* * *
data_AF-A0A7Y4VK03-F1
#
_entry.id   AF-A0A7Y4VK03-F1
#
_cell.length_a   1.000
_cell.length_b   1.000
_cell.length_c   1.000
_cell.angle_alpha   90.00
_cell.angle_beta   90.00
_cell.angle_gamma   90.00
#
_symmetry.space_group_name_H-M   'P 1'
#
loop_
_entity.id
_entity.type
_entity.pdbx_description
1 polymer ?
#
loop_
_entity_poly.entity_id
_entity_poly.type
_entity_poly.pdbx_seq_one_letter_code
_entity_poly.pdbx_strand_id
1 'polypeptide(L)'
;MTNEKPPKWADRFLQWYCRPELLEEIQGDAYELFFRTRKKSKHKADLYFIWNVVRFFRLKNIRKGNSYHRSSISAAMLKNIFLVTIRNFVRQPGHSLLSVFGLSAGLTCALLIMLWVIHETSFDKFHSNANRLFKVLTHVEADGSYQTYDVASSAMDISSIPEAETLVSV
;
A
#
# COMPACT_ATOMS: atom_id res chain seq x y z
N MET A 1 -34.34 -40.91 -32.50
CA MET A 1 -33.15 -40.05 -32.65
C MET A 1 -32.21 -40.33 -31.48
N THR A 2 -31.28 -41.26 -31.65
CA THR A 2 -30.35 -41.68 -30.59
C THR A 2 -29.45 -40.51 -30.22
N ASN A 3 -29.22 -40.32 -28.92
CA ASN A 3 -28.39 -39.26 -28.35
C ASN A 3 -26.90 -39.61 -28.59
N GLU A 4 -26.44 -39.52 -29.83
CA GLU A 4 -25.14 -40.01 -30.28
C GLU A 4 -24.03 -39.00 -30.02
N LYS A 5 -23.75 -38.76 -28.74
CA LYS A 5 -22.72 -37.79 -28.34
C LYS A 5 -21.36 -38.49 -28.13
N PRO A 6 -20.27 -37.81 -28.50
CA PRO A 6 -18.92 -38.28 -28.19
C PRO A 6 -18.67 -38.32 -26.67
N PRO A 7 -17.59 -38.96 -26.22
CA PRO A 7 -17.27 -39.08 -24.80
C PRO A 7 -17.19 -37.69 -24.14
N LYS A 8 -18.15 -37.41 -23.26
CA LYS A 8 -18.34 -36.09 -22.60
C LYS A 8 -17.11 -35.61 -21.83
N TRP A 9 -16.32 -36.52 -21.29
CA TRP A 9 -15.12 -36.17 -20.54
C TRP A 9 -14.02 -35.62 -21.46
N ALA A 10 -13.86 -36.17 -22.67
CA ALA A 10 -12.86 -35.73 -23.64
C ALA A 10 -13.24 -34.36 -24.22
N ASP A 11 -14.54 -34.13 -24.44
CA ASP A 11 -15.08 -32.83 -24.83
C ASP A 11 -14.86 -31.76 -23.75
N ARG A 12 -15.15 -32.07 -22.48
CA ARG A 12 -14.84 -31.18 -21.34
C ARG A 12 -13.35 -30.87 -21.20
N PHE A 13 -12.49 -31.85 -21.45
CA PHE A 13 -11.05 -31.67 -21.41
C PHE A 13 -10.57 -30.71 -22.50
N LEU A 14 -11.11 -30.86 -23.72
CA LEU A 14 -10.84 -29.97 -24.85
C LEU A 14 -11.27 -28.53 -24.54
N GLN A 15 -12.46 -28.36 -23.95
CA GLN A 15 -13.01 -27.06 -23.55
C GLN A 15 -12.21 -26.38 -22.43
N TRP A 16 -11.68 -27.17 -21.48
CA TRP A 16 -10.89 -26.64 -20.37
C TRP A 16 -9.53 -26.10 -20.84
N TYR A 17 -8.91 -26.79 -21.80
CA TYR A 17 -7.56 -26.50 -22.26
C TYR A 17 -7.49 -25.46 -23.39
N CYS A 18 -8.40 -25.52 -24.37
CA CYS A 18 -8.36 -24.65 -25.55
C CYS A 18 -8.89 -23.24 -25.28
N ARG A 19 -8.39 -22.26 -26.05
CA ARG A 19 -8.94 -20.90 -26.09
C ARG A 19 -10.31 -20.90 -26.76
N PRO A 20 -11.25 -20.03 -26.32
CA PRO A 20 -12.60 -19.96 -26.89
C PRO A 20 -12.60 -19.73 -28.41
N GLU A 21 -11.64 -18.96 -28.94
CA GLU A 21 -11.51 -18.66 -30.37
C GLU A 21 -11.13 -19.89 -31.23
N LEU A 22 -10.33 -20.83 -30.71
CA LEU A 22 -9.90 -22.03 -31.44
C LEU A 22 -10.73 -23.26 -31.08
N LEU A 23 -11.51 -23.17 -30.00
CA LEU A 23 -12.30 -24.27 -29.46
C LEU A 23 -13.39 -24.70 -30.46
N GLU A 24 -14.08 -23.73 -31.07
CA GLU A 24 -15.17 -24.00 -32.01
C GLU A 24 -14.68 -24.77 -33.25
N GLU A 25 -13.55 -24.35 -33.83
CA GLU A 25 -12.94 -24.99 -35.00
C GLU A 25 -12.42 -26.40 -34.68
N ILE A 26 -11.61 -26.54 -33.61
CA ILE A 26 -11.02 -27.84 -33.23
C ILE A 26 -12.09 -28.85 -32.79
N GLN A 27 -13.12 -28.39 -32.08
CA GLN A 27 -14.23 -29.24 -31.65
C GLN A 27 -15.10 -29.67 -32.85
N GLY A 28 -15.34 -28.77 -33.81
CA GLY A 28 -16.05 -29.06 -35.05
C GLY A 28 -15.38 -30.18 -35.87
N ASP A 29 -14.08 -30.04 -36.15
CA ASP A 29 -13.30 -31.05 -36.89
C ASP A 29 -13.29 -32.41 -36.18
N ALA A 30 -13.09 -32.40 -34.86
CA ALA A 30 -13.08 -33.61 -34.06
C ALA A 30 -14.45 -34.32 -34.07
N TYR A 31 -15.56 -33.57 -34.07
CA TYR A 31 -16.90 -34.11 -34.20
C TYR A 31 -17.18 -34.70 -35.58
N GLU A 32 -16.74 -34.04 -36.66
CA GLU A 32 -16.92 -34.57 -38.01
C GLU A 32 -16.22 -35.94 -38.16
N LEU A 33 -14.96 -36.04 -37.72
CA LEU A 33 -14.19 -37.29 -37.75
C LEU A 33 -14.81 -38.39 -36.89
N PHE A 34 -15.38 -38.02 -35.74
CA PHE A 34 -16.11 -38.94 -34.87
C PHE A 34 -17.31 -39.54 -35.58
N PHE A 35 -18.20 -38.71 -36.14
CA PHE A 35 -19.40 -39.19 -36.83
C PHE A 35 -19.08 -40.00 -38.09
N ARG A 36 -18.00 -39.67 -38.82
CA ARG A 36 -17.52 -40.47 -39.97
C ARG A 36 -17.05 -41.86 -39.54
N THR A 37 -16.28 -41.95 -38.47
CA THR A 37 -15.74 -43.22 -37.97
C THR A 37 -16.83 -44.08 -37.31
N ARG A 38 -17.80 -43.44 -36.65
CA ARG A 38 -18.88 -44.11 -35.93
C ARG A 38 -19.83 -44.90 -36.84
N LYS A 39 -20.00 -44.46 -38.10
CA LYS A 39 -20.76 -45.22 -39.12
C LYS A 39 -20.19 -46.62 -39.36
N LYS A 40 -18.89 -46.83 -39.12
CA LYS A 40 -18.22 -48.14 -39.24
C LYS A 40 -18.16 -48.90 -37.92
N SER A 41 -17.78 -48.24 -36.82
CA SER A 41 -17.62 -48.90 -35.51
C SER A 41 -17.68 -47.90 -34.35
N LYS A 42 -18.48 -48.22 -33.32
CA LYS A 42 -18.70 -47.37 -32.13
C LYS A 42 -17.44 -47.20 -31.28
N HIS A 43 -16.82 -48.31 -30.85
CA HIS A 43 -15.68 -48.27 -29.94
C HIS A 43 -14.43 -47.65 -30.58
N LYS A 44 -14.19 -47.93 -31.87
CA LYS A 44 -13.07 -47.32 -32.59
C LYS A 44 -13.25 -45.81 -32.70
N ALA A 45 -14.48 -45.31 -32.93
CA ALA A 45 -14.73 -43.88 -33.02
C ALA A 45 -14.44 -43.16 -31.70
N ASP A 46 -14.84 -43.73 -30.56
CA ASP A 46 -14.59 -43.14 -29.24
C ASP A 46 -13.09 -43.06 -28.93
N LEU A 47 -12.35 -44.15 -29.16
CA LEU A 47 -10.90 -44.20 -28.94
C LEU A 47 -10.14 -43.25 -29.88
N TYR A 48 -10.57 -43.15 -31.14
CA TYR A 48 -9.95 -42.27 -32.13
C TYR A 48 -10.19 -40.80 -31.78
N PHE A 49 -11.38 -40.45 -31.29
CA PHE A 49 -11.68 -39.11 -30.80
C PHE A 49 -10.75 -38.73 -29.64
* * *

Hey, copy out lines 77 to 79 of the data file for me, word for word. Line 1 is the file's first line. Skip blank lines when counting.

CA TRP A 16 -10.89 -26.64 -20.37
C TRP A 16 -9.53 -26.10 -20.84
N TYR A 17 -8.91 -26.79 -21.80